Join.Me at my computer

How many times have you been talking to a patron on the phone and as hard as you try to explain a database function, the patron isn’t able to follow along?   You could whip up a quick Jing video to email to the person on the other end of the line, but wouldn’t it be quicker if you could instantly share your screen!?  Join.Me is the answer!  As opposed to some commercial screen sharing conference tools such as WebEx or GoToMeeting, Join.Me is available for free and is extremely easy to use.  There is no downloading or accounts required on either end, and you can be up and sharing in seconds.

Here’s how:

  • Librarian goes to http://join.me and clicks on “Share”
  • Librarian is asked to “run” an application – this  generally does not require any administrative privileges.  (This seems to work more smoothly using Internet Explorer.)
  • Librarian sees a Join.Me tool box appear at the top of his or her screen with a number code.
  • Librarian tells patron to enter that number at the http://join.me web page under “Join.”
  • And voila! The patron sees the librarian’s computer!
It’s easy to share with Join.Me

It’s as easy as that!  Once the patron is viewing the librarian’s screen, it’s easy to show step by step directions to navigate a database!  An additional feature is that the librarian can even give a patron access to their mouse so that the patron can try their search his or herself!  Another bonus feature of Join.Me is that it has a chat function and a free (long distance) phone number for teleconferences.  For those looking for additional bells and whistles, Join.Me also has a paid “pro” account which also allows you to set up a custom code in place of the number that is used to connect that patron to the librarian.  For example, if I set up my custom code as cooklibrary, the patron would simply enter cooklibrary on the “Join” section of the website.  Additionally, the pro account also allows you to schedule meetings in advance. However, Join.Me or Join.Me Pro don’t include many of the tools that other web conferencing programs have such as highlighters, pointers, etc.

While I’m not convinced that Join.Me is the best tool for actual web conferences, it is an excellent way to quickly get sharing and could be extremely useful for any telephone reference you encounter.  Try it out and let me know what you think!

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Yugma and Web Conferencing

Need to meet with a colleague across town or across the country? Trying to present content or teach an online class? Need to teach library instruction at a satellite campus? There’s no need to travel or to teach in an asynchronous environment- why not try a web conferencing tool? Web conferencing allows for easy screen and presentation sharing as well as options for audio through a conference call or voice over IP (VoIP). Some programs even have the capability for a shared mouse and keyboard so that something like database search instruction can be modeled and then tried by all participants in an online, shared environment. Businesses have been using these technologies for years, but they can also be very useful in an academic setting with more and more online and distance education opportunities as well as collaboration between faculty and/or staff at different institutions.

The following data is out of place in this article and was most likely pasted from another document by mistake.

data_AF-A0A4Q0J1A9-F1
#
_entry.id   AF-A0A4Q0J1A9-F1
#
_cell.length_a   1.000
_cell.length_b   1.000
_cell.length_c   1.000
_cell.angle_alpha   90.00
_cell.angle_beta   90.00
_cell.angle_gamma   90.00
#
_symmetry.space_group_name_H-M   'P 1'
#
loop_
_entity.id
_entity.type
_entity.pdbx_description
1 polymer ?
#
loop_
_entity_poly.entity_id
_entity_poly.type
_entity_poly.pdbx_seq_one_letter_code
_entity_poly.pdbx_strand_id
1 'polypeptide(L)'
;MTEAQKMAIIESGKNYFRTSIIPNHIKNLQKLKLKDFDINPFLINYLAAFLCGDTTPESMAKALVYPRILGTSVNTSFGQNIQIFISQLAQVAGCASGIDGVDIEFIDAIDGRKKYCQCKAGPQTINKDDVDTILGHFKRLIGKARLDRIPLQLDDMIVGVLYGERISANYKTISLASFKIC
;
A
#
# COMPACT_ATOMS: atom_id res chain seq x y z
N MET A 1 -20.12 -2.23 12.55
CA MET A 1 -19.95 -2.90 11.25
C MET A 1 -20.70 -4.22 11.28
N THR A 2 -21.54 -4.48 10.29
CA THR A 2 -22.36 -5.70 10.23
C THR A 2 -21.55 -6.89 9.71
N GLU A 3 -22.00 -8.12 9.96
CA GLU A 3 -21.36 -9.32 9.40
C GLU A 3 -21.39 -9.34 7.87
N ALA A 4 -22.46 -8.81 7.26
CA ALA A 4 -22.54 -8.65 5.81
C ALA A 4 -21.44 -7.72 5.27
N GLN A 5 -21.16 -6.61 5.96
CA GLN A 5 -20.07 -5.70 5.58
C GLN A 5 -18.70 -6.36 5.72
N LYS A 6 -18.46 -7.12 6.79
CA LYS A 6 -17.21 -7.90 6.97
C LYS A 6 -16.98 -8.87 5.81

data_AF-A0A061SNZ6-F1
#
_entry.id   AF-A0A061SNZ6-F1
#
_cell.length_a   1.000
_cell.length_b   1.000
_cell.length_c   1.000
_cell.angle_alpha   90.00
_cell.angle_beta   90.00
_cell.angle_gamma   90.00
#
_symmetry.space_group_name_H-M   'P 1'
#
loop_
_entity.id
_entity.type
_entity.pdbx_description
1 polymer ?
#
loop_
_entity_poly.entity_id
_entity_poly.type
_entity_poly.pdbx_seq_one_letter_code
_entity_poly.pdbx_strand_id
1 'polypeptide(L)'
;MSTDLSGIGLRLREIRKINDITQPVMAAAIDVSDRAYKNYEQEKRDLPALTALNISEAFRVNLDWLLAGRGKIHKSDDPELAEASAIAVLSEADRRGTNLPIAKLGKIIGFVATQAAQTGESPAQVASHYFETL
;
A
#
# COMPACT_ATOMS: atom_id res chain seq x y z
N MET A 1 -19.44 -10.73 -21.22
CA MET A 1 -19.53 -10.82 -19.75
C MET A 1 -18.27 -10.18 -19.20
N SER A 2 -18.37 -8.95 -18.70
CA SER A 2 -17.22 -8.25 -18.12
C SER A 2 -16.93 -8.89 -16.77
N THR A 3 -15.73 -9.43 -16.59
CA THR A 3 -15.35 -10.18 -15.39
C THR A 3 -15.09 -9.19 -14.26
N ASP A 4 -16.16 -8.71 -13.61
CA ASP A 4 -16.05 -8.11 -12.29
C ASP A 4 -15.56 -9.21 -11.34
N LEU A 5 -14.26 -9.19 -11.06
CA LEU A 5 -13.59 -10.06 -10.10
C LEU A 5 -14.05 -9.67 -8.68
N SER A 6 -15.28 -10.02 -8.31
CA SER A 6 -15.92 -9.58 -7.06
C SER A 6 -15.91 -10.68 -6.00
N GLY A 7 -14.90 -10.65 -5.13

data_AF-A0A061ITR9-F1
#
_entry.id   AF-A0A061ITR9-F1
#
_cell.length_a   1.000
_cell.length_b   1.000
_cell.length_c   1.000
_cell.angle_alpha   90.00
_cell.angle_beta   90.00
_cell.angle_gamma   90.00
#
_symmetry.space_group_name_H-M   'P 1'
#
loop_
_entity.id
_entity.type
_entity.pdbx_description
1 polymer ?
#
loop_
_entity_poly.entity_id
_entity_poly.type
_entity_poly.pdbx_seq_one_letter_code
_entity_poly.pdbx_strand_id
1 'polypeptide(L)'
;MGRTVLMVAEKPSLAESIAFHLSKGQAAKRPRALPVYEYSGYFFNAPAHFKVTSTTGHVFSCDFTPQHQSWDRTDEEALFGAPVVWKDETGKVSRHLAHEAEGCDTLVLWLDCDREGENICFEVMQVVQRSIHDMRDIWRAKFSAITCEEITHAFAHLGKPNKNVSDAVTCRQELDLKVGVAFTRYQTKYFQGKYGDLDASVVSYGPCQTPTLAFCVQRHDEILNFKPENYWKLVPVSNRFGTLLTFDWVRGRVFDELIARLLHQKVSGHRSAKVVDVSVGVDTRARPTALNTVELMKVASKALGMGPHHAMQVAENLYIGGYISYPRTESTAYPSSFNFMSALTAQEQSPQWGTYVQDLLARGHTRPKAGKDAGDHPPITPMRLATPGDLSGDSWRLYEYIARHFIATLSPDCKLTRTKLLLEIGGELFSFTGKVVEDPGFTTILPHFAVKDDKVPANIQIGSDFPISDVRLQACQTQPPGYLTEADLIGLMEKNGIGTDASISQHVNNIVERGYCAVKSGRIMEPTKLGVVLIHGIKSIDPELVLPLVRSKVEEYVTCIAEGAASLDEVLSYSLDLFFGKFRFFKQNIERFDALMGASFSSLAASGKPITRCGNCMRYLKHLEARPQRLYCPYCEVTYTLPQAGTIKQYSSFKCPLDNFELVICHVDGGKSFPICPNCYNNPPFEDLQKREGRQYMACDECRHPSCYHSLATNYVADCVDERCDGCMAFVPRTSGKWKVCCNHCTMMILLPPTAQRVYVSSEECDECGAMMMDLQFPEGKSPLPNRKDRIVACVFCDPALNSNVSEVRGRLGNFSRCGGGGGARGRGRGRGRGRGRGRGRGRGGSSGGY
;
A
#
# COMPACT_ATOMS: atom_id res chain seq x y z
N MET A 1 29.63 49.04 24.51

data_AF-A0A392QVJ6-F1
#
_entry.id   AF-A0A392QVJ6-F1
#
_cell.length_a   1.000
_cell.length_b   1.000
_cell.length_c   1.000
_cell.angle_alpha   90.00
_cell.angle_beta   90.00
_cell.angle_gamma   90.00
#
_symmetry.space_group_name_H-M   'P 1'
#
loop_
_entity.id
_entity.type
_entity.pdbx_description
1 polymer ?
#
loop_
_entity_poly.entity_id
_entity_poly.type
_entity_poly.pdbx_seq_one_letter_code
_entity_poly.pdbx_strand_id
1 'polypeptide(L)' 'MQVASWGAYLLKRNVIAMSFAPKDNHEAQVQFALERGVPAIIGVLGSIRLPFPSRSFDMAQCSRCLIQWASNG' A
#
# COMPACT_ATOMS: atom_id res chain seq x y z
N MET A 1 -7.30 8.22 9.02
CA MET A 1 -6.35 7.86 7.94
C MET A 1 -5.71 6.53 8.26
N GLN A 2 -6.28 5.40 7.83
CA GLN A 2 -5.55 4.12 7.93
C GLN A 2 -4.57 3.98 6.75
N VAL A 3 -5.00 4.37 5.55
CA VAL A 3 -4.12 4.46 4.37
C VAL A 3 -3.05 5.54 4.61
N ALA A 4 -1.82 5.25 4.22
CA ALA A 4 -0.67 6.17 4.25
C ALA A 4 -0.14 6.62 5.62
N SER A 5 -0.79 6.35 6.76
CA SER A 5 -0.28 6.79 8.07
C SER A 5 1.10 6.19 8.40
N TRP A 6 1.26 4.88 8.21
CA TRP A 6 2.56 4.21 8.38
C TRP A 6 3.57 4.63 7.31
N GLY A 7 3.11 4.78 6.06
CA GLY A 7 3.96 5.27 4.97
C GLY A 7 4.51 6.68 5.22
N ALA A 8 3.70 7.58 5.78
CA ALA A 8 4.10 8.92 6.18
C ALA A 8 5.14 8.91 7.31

yugma1Yugma is one of the many options out there for online conferencing. One great benefit of Yugma over many others is that it has a slimmed down version that’s available for free! With the Yugma free version, you have the capability to share your screen to up to 20 people at a time. It also gives you a free conference call number or the option to use Skype (VoIP) for all participants to be able to connect vocally. For written communication, public and private chat is also included. Yugma is also unique in that it is compatible with Mac, Windows and Linux systems.

With an upgrade to a paid account you additionally are able to share keyboard and mouse, change presenters, record and archive sessions, schedule meetings in advance, and access presenter tools (highlight aspects of screen/presentation). Prices run from $14.95 a month (or $149.50 a year) to $179.95 a month ($1799.50 a year) depending on the number of possible participants in a conference (20 to 500). An additional “Webinar” feature is available at $19.99 a month (or $199.50 a year) which allows you to have personalized web space where participants can sign up and directly access the webinar.

Yugma is intuitive to use, although I did run into some hiccups with the free account. The presenter/organizer will need to download the program, however participants should be able to access the screen share/presentation by simply visiting the Yugma website (www.yugma.com) and entering the access code that the presenter will see when setting up the session. A few things to look out for when using Yugma:

  • Although Yugma gives the presenter the option to “Invite Contacts” or “Invite Contacts to View Only”, the free version only allows viewing, so choose the view only option.
  • If you upgrade to the paid version and would like participants to be able to do more than view, they need to “run” the program which may cause administrative rights problems.
  • The latest Java will need to be installed on both presenter and participants computers
  • The teleconferencing, although free, doesn’t have the best sound quality. Skype is also an option.
  • The access code that the presenter is given when setting up the session is in a 000-000-000, however needs to be entered by the participants on the Yugma page without the dashes.

For additional options for web conferencing see the Wikipedia article: http://en.wikipedia.org/wiki/Comparison_of_web_conferencing_software